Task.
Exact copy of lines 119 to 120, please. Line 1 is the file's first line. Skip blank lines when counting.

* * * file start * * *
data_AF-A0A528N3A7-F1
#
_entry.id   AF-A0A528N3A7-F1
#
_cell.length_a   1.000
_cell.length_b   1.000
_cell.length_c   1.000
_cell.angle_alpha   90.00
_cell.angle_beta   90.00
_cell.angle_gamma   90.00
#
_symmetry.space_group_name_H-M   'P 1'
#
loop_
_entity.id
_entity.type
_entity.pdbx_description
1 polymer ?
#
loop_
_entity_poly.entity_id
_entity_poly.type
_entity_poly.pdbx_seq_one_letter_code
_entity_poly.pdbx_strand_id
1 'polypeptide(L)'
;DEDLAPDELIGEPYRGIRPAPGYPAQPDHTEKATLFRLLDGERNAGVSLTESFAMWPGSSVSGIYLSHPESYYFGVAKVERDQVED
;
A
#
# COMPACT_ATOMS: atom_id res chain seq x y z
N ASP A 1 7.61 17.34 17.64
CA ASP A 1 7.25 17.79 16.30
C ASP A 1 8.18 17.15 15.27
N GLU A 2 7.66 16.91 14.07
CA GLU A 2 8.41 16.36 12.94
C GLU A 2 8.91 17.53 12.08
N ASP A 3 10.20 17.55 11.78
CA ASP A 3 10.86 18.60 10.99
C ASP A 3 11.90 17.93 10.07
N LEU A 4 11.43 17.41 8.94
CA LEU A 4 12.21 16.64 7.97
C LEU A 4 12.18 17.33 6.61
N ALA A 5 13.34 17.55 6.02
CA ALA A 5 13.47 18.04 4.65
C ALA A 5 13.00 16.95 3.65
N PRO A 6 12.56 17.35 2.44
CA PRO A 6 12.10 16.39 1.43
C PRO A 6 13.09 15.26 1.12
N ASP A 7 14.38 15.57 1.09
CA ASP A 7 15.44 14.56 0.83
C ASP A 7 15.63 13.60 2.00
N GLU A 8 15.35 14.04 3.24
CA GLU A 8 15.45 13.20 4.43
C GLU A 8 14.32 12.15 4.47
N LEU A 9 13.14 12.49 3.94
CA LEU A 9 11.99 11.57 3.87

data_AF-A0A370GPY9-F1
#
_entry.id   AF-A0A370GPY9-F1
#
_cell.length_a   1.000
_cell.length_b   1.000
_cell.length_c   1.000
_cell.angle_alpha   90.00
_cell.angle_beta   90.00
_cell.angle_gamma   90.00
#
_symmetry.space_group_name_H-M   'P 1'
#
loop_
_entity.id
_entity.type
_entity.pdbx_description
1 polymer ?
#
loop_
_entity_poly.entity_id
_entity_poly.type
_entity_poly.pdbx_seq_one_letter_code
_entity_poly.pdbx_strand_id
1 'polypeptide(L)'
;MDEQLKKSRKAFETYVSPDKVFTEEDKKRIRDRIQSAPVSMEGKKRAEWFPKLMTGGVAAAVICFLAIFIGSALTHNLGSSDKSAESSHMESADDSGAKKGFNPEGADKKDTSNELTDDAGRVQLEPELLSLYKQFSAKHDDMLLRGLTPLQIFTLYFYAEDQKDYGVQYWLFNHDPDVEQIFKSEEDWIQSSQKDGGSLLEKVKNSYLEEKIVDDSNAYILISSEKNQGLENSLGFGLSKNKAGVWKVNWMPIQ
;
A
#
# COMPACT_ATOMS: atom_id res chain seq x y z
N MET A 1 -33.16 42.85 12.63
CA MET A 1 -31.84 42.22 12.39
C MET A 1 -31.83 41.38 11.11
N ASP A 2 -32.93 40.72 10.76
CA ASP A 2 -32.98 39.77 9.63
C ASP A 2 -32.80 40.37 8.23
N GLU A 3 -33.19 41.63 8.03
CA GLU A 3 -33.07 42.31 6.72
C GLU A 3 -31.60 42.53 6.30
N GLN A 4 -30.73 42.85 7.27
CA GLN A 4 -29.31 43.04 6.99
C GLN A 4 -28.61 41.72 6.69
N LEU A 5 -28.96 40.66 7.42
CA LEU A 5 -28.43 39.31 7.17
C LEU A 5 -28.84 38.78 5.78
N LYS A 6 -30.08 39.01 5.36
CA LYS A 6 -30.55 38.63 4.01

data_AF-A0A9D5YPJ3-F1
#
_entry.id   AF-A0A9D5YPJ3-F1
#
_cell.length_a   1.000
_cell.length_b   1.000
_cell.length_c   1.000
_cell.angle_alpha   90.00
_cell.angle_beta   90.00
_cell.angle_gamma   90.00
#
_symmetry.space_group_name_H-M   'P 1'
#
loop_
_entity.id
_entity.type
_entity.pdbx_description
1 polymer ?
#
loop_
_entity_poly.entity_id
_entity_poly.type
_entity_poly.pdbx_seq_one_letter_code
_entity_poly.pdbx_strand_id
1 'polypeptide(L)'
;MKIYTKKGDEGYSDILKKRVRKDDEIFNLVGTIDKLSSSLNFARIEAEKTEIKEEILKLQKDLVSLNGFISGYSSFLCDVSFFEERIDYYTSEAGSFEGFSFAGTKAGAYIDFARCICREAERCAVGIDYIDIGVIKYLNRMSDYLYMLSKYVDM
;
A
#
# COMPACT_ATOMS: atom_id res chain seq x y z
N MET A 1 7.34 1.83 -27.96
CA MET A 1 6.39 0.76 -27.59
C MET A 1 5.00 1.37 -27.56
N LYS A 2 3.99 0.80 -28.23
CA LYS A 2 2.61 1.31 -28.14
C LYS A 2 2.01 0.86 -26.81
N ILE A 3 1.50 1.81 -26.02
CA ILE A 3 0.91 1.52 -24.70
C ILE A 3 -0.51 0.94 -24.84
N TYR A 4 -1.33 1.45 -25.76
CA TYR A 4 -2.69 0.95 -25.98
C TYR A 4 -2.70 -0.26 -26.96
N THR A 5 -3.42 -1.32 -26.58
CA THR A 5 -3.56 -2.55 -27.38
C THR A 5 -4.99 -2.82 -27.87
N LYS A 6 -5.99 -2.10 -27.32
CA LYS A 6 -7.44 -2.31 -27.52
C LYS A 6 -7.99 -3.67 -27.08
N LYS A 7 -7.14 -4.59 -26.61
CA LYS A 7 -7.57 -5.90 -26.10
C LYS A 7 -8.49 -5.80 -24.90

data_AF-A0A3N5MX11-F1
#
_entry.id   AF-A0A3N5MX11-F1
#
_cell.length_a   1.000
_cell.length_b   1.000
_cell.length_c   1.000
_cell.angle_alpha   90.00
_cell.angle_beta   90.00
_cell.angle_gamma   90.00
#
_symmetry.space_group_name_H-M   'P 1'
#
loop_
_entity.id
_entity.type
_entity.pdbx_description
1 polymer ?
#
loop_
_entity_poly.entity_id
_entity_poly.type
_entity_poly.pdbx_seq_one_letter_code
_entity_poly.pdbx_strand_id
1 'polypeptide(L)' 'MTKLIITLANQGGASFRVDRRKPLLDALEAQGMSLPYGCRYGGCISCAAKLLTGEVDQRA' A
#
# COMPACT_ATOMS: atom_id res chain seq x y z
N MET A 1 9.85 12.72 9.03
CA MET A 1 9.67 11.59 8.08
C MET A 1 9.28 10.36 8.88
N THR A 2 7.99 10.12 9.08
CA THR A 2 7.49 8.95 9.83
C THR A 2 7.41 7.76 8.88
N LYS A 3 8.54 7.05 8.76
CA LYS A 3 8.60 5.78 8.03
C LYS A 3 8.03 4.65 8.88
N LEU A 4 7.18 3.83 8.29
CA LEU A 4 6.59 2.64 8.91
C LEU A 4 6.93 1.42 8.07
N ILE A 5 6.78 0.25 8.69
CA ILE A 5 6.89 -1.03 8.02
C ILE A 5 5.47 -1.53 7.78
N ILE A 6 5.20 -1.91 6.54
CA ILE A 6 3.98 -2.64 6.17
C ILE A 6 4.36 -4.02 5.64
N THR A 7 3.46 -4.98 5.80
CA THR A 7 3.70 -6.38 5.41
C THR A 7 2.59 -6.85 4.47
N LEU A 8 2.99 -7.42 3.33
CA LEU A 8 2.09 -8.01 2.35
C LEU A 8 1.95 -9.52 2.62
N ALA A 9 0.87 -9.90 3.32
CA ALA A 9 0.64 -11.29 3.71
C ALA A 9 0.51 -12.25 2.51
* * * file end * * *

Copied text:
_entity.type
_entity.pdbx_description